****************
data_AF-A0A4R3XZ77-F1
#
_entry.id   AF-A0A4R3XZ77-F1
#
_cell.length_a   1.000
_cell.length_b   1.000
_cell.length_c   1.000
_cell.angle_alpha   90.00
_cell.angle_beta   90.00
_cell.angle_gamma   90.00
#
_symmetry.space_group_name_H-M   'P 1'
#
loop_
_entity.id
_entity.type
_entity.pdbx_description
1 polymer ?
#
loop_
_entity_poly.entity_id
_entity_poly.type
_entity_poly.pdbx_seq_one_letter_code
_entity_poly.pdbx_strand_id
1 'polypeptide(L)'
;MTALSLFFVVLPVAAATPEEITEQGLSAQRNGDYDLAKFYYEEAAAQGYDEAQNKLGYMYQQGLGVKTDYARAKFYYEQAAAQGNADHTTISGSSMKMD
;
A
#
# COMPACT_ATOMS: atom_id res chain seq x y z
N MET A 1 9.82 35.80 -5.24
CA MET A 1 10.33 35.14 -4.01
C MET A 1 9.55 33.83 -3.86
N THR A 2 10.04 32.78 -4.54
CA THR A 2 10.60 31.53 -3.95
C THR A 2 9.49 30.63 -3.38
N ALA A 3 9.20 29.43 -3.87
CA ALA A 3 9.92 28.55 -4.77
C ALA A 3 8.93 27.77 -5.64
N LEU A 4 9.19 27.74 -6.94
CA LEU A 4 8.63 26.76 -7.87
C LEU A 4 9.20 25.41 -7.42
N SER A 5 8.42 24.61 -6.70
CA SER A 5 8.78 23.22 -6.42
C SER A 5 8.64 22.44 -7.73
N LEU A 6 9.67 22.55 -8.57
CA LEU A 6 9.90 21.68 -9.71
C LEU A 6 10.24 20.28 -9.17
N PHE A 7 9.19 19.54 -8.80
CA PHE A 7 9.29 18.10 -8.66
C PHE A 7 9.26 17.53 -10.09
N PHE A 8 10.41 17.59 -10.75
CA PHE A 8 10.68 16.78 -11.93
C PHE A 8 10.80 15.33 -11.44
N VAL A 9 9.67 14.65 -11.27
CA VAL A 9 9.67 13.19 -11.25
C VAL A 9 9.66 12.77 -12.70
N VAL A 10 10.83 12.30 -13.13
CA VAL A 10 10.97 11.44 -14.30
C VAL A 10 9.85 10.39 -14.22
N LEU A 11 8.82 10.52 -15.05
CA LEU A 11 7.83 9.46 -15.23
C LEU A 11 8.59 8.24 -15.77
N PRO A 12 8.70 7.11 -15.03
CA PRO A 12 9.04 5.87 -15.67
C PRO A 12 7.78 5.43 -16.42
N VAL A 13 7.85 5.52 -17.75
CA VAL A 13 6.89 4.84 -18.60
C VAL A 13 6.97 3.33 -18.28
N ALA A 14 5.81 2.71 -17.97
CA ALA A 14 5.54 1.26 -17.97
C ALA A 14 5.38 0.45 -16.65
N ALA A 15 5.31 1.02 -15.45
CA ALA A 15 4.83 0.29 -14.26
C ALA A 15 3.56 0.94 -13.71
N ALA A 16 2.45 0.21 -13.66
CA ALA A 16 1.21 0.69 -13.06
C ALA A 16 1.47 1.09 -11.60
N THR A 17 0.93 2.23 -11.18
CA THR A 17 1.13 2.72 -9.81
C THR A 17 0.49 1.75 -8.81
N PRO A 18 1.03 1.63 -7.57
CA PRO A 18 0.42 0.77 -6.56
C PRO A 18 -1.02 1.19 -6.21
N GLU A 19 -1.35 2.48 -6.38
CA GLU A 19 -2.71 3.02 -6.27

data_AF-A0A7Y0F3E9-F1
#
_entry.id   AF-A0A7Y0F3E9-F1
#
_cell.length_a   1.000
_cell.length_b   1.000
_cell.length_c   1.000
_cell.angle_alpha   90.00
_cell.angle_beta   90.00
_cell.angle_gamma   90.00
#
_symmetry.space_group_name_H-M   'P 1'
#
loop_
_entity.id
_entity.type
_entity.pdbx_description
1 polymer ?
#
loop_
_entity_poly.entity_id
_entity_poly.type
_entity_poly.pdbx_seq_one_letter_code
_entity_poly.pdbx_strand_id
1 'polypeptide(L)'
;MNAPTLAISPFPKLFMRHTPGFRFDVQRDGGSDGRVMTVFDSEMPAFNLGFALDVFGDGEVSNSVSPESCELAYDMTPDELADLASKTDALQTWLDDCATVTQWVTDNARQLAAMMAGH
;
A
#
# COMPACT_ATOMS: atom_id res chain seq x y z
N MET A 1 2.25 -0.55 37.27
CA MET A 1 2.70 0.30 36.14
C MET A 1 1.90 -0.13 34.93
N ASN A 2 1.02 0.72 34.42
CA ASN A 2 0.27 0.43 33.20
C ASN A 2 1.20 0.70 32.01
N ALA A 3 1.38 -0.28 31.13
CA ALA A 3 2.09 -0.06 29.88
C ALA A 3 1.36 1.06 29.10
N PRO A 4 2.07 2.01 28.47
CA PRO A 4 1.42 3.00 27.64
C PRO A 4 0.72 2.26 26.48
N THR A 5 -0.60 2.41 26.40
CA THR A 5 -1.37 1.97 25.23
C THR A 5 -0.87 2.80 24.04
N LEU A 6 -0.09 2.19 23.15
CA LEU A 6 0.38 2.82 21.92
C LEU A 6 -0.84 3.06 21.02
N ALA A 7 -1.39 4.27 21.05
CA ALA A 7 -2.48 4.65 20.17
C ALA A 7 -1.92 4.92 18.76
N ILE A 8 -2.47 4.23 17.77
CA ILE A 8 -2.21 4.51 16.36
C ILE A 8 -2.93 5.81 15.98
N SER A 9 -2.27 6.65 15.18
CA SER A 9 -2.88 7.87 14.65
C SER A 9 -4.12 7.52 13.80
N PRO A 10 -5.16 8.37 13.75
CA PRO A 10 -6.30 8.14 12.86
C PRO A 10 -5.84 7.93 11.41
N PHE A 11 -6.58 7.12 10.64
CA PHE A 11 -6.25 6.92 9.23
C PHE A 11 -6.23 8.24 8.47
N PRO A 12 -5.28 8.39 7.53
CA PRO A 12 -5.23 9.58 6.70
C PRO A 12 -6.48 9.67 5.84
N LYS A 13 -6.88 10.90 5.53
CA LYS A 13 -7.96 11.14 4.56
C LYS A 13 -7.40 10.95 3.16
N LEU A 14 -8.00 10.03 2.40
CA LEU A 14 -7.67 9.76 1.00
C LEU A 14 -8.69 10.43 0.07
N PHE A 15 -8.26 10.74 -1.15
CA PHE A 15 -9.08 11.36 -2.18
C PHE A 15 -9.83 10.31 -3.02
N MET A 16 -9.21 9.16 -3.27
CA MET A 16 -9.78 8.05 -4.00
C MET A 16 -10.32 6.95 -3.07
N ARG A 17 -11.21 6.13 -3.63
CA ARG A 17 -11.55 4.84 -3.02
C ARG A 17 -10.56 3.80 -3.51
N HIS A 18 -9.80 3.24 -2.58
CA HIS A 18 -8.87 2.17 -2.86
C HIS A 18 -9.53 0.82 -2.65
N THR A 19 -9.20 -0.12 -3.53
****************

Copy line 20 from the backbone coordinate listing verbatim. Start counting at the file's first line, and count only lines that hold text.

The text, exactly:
loop_